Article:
The Yankees have started getting critical players back at the right time. Tuesday night, as the Blue Jays came into Yankee Stadium for a three-game battle for second place in the American League East, the Yankees had Giancarlo Stanton, Gio Urshela and Jonathan Loaisiga come off the injured list.
And while that was happening, Aaron Judge was taking live at-bats in Scranton as manager Aaron Boone was saying Judge could also be back sooner than expected, possibly before the Yankees leave Friday for Boston.
But, before Yankee fans get too excited, there was a very real reminder of how fragile a lineup this can be. Gleyber Torres was not in the starting lineup for the second straight game. Boone said he is dealing with a left quad issue.
“Gleyber is just dealing with a little bit of a quad,” Boone said. "He wanted to be in there today and I just felt like, especially coming out of the off day and having [had] off Sunday, I just feel like this is something I don’t want to become a bigger issue.
“So, we’ll kind of go day by day with him and make sure that it’s out of there completely before we get them back out,” Boone said. “He’ll be available off the bench similar to Sunday.”
Torres missed 13 games with a left quad and left hamstring strain last month. He returned on Sept. 5 and was 9-for-25 with five doubles and seven RBI in nine games — including a pinch-hit, two-run double on Sunday.
Still, the balance seems to be tipping back in the Yankees' favor with the return of key players with 13 games to play. Urshela, who had been dealing with a bone spur in his right elbow, and Loaisiga, who was out with a non-COVID and non-baseball medical condition, are big parts of the way the Yankees planned out their season.
But getting Stanton and Judge back would be game-changers.
Stanton has not played since Aug. 8 because of a strained left hamstring.
“Obviously he was in such a good place before he got injured. It was just his at-bat quality was just really really good,” Boone said. “Even when he went through a few games where he wasn’t getting hits, it was just good at-bat after good at-bat and obviously the threat that he brings. Hopefully in these last whatever we’re down to now, 13 games or so, he’ll be able to build up properly and rack up a lot of at-bats and most importantly go out and help us win ball games.”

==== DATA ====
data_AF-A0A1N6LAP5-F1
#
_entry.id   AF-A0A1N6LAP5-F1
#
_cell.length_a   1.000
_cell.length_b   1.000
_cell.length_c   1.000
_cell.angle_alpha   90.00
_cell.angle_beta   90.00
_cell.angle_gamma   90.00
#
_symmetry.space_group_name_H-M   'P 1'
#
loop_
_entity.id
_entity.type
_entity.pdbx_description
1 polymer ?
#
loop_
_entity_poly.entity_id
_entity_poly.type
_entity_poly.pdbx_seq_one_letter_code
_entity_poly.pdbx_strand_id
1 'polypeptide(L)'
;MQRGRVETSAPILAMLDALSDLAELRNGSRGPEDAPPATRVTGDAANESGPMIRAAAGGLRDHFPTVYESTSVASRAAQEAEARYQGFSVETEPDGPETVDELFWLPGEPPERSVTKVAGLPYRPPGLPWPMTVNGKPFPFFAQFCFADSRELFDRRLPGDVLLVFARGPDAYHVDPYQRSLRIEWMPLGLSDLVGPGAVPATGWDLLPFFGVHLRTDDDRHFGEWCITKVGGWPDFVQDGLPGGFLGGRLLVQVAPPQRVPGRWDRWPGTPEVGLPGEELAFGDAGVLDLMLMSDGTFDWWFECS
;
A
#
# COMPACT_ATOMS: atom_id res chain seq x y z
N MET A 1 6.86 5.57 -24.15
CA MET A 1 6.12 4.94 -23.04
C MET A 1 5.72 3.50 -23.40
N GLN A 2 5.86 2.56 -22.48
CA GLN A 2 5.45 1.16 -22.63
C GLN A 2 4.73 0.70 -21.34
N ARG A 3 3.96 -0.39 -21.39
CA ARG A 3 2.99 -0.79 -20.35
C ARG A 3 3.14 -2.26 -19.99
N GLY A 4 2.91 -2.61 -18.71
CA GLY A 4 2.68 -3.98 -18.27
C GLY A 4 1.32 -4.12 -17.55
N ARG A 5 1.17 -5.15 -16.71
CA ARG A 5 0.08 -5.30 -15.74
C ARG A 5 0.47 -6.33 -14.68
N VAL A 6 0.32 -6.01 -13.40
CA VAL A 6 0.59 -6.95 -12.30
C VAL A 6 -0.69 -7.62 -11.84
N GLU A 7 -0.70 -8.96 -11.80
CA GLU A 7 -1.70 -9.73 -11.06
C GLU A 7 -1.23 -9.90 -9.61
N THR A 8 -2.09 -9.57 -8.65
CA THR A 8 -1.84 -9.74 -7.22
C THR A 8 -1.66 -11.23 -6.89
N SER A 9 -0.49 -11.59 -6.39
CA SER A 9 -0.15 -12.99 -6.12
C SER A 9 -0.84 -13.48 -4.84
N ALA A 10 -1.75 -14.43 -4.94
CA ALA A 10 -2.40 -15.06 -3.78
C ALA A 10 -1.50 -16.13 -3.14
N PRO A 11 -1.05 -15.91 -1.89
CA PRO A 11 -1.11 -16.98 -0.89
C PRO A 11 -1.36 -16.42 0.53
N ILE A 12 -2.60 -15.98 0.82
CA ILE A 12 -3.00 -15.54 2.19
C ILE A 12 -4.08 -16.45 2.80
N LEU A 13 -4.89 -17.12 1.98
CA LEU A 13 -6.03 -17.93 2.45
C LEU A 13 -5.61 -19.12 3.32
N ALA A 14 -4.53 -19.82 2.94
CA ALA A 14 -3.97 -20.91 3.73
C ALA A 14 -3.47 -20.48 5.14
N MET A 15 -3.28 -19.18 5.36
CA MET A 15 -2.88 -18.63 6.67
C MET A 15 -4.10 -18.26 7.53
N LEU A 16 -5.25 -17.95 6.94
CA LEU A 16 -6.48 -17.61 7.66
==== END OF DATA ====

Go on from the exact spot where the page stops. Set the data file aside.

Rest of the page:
The Yankees are cautiously optimistic they can keep Stanton in the lineup, even though history suggests that isn’t going to be easy.
To make room on the active roster, the Yankees optioned Miguel Andujar and Mike Ford. While Andujar had just started to find his swing, the Bombers chose to keep Thairo Estrada on the roster to make sure they had a backup shortstop.
Stanton missed 32 games, but in 14 games this season, he was 12-for-41 with three homers and seven RBI.
The 30-year old outfielder played just 18 regular-season games last year. He strained his left biceps the first weekend of the season. While rehabbing from that, Stanton also dealt with a strained left shoulder and then, as he was beginning to rehab, he strained his left calf. He returned to play six games before he jammed his knee running bases and missed 73 games before returning in September.
Stanton then suffered a right quad strain during the ALCS, playing in just two games of that series that ended the Yankees season.
This spring, Stanton played in one Grapefruit League game before he was sidelined by a strained right calf.
Stanton’s injuries last season contributed to the Yankees overhauling their medical and training staff over the winter. Boone thinks the proof of the Yankees buy-in to the new system will show down the stretch.
“I would say look, this whole year has been a little bit of an overhaul and a little bit of a change in philosophy,” Boone said. “But that’s obviously a much longer conversation, I would say his program and all of our players' programs have continued to evolve over the course of the year, as our new training strength and conditioning has kind of taken hold.”
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